added previously contains the module name.
      
      For non CONFIG_DYNAMIC_DEBUG builds, the stub function accepts
      and ignores $module.dyndbg params, other unknowns get -ENOENT.
      
      If no param value is given (as in pci.dyndbg example above), "+p" is
      assumed, which enables all pr_debug callsites in the module.
      
      The dyndbg fake parameter is not shown in /sys/module/*/parameters,
      thus it does not use any resources.  Changes to it are made via the
      control file.
      
      Also change pr_info in ddebug_exec_queries to vpr_info,
      no need to see it all the time.
      Signed-off-by: default avatarJim Cromie <jim.cromie@gmail.com>
      CC: Thomas Renninger <trenn@suse.de>
      CC: Rusty Russell <rusty@rustcorp.com.au>
      Acked-by: default avatarJason Baron <jbaron@redhat.com>
      Signed-off-by: default avatarGreg Kroah-Hartman <gregkh@linuxfoundation.org>
      b48420c1
    • Jim Cromie's avatar
      dynamic_debug: fix leading spaces in dynamic_debug.h · 3faa2860
      Jim Cromie authored
      clean up some space-before-tabs problems.
      Signed-off-by: default avatarJim Cromie <jim.cromie@gmail.com>
      Acked-by: default avatarJason Baron <jbaron@redhat.com>
      Signed-off-by: default avatarGreg Kroah-Hartman <gregkh@linuxfoundation.org>
      3faa2860
  8. 24 Jan, 2012 4 commits
  9. 01 Nov, 2011 1 commit
  10. 18 Oct, 2011 1 commit
  11. 23 Aug, 2011 3 commits
  12. 04 Apr, 2011 1 commit
    • Jason Baron's avatar
      jump label: Introduce static_branch() interface · d430d3d7
      Jason Baron authored
      Introduce:
      
      static __always_inline bool static_branch(struct jump_label_key *key);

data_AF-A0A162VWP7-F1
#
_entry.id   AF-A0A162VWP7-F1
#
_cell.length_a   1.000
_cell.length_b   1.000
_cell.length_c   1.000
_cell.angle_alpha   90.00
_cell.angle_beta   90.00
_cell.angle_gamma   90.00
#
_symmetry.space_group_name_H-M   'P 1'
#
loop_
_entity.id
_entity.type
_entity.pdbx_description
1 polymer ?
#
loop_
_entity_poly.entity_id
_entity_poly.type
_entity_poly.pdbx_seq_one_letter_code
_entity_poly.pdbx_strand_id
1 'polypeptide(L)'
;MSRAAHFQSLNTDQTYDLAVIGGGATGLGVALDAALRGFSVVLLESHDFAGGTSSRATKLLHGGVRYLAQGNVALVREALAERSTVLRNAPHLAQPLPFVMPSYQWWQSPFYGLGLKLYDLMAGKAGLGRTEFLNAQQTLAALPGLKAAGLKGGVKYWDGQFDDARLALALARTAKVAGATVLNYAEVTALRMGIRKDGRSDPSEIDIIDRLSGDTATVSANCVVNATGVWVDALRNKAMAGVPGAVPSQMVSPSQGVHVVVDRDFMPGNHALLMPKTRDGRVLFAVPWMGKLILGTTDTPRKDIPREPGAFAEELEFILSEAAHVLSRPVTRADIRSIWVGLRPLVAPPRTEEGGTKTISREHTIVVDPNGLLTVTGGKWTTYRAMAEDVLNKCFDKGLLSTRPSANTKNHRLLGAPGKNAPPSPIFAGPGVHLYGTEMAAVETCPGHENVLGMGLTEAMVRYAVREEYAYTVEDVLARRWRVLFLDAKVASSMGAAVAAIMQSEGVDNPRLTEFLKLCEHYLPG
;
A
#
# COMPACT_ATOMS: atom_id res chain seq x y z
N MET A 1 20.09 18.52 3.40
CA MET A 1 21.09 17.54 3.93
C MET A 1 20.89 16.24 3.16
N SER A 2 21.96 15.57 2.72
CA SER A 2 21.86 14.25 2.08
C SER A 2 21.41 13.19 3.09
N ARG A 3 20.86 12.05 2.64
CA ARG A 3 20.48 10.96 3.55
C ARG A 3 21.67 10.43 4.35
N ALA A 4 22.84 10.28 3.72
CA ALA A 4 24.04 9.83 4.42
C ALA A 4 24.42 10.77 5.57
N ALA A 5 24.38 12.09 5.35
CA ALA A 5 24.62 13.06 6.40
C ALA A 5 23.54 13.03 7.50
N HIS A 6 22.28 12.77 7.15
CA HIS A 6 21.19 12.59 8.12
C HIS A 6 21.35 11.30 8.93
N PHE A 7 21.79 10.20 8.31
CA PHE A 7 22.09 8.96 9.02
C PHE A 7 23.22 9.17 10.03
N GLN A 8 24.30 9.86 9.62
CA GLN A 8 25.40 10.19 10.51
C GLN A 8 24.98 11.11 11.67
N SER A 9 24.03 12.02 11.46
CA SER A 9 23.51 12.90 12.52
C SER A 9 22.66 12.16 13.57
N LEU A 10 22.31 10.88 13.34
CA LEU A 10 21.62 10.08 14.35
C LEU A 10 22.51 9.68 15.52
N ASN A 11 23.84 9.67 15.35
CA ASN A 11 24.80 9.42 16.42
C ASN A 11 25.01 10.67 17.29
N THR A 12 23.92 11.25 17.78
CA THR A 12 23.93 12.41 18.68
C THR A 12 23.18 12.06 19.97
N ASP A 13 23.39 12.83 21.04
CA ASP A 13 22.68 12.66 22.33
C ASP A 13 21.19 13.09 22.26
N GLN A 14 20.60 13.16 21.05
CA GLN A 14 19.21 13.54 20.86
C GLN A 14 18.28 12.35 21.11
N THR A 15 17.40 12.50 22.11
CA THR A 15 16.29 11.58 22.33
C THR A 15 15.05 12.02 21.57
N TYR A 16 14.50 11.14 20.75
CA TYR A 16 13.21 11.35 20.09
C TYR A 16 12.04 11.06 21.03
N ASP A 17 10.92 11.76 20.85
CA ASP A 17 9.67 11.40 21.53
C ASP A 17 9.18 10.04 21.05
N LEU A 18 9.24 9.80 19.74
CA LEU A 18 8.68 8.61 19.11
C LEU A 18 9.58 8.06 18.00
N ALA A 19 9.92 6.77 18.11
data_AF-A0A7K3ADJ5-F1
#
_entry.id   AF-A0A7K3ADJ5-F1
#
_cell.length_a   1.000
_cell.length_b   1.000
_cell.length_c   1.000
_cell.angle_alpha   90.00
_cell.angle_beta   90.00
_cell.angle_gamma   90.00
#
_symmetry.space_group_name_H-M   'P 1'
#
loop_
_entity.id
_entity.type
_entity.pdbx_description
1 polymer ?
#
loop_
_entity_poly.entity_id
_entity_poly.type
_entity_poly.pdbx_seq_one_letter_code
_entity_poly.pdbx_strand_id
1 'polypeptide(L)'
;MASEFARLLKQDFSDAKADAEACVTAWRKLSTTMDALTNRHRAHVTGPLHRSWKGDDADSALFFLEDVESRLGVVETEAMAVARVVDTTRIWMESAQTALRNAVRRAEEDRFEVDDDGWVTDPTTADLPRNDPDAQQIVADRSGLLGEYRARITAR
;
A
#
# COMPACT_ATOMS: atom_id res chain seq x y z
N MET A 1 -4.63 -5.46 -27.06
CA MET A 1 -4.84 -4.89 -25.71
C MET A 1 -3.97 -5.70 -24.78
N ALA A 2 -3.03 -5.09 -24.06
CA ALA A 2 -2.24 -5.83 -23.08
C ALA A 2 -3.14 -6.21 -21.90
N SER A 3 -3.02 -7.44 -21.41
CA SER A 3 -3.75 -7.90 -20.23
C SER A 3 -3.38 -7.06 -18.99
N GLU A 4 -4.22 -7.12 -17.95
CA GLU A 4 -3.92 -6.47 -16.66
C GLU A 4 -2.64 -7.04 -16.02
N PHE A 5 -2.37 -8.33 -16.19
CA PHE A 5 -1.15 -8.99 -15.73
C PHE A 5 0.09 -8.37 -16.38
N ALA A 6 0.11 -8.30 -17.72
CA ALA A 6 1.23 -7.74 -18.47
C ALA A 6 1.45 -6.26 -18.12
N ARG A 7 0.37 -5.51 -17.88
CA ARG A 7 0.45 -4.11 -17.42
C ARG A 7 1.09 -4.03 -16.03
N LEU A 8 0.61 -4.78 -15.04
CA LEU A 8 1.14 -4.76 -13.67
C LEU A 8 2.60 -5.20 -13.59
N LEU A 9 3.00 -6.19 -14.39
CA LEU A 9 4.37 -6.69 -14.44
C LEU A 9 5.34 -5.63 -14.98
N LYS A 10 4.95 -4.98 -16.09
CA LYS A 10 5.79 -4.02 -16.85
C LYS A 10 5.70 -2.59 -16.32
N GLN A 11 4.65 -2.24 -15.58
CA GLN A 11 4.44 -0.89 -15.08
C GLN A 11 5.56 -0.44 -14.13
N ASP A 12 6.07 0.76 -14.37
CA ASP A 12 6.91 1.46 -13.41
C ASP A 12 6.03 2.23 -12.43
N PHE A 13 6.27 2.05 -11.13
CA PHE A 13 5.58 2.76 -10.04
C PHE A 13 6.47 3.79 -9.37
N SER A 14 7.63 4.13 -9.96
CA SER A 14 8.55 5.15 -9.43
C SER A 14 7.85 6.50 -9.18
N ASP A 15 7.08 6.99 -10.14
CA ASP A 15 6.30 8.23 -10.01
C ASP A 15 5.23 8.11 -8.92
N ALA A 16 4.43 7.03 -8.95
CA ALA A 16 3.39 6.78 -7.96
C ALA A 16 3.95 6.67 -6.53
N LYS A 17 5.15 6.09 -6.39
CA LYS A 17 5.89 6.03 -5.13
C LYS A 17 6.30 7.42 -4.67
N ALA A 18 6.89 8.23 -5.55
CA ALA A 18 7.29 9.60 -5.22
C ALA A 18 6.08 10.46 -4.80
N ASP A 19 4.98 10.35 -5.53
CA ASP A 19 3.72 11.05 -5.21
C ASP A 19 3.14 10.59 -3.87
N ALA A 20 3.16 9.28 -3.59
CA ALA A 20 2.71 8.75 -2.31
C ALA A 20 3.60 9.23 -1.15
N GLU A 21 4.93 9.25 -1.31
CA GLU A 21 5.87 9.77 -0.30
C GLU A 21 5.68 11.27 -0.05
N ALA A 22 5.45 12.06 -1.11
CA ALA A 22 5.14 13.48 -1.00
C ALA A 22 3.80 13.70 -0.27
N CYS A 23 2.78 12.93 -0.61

instead of the old JUMP_LABEL(key, label) macro.
      
      In this way, jump labels become really easy to use:
      
      Define:
      
              struct jump_label_key jump_key;
      
      Can be used as:
      
              if (static_branch(&jump_key))
                      do unlikely code
      
      enable/disale via:
      
              jump_label_inc(&jump_key);
              jump_label_dec(&jump_key);
      
      that's it!
      
      For the jump labels disabled case, the static_branch() becomes an
      atomic_read(), and jump_label_inc()/dec() are simply atomic_inc(),
      atomic_dec() operations. We show testing results for this change below.
      
      Thanks to H. Peter Anvin for suggesting the 'static_branch()' construct.
      
      Since we now require a 'struct jump_label_key *key', we can store a pointer into
      the jump table addresses. In this way, we can enable/disable jump labels, in
      basically constant time. This change allows us to completely remove the previous
      hashtable scheme. Thanks to Peter Zijlstra for this re-write.
      
      Testing:
      
      I ran a series of 'tbench 20' runs 5 times (with reboots) for 3
      configurations, where tracepoints were disabled.
      
      jump label configured in
      avg: 815.6
      
      jump label *not* configured in (using atomic reads)
      avg: 800.1
      
      jump label *not* configured in (regular reads)
      avg: 803.4
      Signed-off-by: default avatarPeter Zijlstra <a.p.zijlstra@chello.nl>
      LKML-Reference: <20110316212947.GA8792@redhat.com>
      Signed-off-by: default avatarJason Baron <jbaron@redhat.com>
      Suggested-by: default avatarH. Peter Anvin <hpa@linux.intel.com>
      Tested-by: default avatarDavid Daney <ddaney@caviumnetworks.com>
      Acked-by: default avatarRalf Baechle <ralf@linux-mips.org>
      Acked-by: default avatarDavid S. Miller <davem@davemloft.net>
      Acked-by: default avatarMathieu Desnoyers <mathieu.desnoyers@efficios.com>
      Signed-off-by: default avatarSteven Rostedt <rostedt@goodmis.org>
      d430d3d7
  13. 03 Feb, 2011 1 commit
  14. 08 Jan, 2011 1 commit
  15. 15 Oct, 2010 1 commit
  16. 22 Sep, 2010 1 commit
  17. 05 Jul, 2010 1 commit
  18. 25 May, 2010 1 commit
  19. 15 Dec, 2009 1 commit
  20. 16 Apr, 2009 1 commit
  21. 24 Mar, 2009 2 commits